AUSTRALIAN scientists have found a drug that can prevent and reverse the progression of type 2 diabetes in mice and they are hopeful it will work in humans, too.
In what could be a major breakthrough for millions of people with diabetes worldwide, an antibody developed by CSL Limited in Australia has been found to prevent the condition in mice bred to develop it. It also reversed the progression of the disease in mice that had developed obesity and type 2 diabetes as a consequence of a fat-rich diet.
One of the researchers, the senior vice-president of research at CSL, Dr Andrew Nash, said the research published in Nature today was ''very promising'' and followed many years of work with scientists, particularly at the Karolinska Institute in Sweden.
He said the antibody called 2H10 could block a protein called Vascular Endothelial Growth Factor (BVEGF-B), which affects the transport and storage of fat in body tissue. This helped prevent fat accumulating in damaging places, such as the heart, and meant cells could continue to respond properly to insulin, keeping blood glucose levels normal.
Type 2 diabetes is normally preceded by insulin resistance, which is most often caused by obesity. When this happens, the cells no longer respond sufficiently to insulin, which leads to elevated levels of blood sugar.
Diabetes expert and professor of medicine at the University of Melbourne Joe Proietto described the research as a ''major breakthrough'' and said the drug did not appear to harm the mice.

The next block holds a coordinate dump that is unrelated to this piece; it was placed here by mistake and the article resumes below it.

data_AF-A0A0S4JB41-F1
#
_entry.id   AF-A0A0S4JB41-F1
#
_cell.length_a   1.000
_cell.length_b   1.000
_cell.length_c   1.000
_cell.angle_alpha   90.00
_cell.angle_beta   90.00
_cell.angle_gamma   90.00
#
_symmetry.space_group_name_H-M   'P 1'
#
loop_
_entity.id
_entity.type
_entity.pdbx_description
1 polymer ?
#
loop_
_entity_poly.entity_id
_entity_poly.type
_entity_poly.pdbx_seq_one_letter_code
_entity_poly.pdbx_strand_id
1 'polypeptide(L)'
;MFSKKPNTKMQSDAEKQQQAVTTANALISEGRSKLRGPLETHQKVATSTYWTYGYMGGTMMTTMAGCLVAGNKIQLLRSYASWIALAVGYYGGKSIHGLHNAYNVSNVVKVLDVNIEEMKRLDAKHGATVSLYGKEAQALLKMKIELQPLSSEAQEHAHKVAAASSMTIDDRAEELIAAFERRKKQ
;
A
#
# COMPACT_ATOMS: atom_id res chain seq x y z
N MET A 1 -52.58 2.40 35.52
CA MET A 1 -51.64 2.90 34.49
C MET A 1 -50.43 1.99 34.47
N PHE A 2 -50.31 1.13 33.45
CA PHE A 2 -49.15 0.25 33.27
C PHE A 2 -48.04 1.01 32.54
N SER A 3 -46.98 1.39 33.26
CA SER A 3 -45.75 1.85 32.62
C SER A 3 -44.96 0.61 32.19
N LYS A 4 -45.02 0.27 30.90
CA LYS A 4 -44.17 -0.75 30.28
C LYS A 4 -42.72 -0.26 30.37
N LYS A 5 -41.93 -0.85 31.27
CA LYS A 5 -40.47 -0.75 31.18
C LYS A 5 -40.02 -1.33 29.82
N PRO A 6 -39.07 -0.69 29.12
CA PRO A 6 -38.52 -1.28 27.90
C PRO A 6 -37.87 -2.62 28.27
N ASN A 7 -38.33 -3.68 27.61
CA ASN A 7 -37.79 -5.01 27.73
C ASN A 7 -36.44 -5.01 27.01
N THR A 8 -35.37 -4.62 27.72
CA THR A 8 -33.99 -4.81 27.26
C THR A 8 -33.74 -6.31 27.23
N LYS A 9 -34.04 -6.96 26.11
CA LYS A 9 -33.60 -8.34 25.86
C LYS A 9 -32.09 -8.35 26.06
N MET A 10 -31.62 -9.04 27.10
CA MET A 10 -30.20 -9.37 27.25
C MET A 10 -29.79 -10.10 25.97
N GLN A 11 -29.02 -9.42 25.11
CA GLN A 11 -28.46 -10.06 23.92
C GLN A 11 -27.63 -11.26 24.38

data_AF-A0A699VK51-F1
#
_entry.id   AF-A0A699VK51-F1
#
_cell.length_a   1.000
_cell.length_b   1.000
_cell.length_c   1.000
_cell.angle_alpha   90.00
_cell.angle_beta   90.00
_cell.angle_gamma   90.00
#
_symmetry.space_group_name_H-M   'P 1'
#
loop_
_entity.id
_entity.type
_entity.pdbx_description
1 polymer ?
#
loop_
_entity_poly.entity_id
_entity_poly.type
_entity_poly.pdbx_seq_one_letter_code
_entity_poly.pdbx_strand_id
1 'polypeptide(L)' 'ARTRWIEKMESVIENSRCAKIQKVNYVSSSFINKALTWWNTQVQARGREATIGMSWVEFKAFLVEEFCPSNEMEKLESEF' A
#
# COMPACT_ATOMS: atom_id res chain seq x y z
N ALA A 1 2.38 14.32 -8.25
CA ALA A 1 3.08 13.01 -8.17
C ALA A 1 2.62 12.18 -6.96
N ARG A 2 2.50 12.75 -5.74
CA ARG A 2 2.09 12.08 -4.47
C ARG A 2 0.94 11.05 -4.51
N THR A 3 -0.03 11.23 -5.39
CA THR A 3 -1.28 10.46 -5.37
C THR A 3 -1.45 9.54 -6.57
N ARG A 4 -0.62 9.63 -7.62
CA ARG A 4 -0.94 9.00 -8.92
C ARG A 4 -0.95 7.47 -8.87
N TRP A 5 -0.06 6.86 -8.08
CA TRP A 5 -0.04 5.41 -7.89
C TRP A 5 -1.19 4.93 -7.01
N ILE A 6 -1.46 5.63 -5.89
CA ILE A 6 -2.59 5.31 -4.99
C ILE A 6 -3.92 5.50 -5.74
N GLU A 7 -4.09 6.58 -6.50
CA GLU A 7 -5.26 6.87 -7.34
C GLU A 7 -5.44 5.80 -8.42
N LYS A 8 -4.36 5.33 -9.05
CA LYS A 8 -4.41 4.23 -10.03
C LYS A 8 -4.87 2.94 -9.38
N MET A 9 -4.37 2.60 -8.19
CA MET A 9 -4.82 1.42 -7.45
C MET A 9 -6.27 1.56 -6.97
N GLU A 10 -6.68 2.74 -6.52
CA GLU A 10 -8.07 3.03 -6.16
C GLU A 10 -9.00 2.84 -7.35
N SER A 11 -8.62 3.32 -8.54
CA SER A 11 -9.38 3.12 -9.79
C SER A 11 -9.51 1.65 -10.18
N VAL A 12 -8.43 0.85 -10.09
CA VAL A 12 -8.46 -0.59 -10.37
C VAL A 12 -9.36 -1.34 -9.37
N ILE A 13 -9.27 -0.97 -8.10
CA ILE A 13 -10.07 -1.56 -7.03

He said although a range of drugs were available for people with type 2 diabetes, many carried side effects and did not control symptoms long term, causing people to deteriorate and require regular insulin injections.
While the best available treatments worked by increasing fat cells in the body to reduce fat storage in muscles, Professor Proietto said 2H10 prevented fat from entering muscles in the first place.
''The exciting thing about this is that it's targeting the main cause of insulin resistance … and that is too much fat inside muscles,'' he said.
The chief executive of Diabetes Australia, Professor Greg Johnson, said although the finding was exciting, it would take many more years of work to know if it represented a new treatment. ''This is a study in rats, so it's at a very early stage. There is a long, long way to go in terms of the processes needed to determine if this translates to humans,'' he said.
Dr Nash said he hoped human trials would begin in the next two years.
Type 2 diabetes affects about 310 million people worldwide and its prevalence is increasing every year. In Australia, 275 new cases are diagnosed every day. There is no cure and in serious cases it can cause kidney failure, blindness, amputations, heart attacks and death.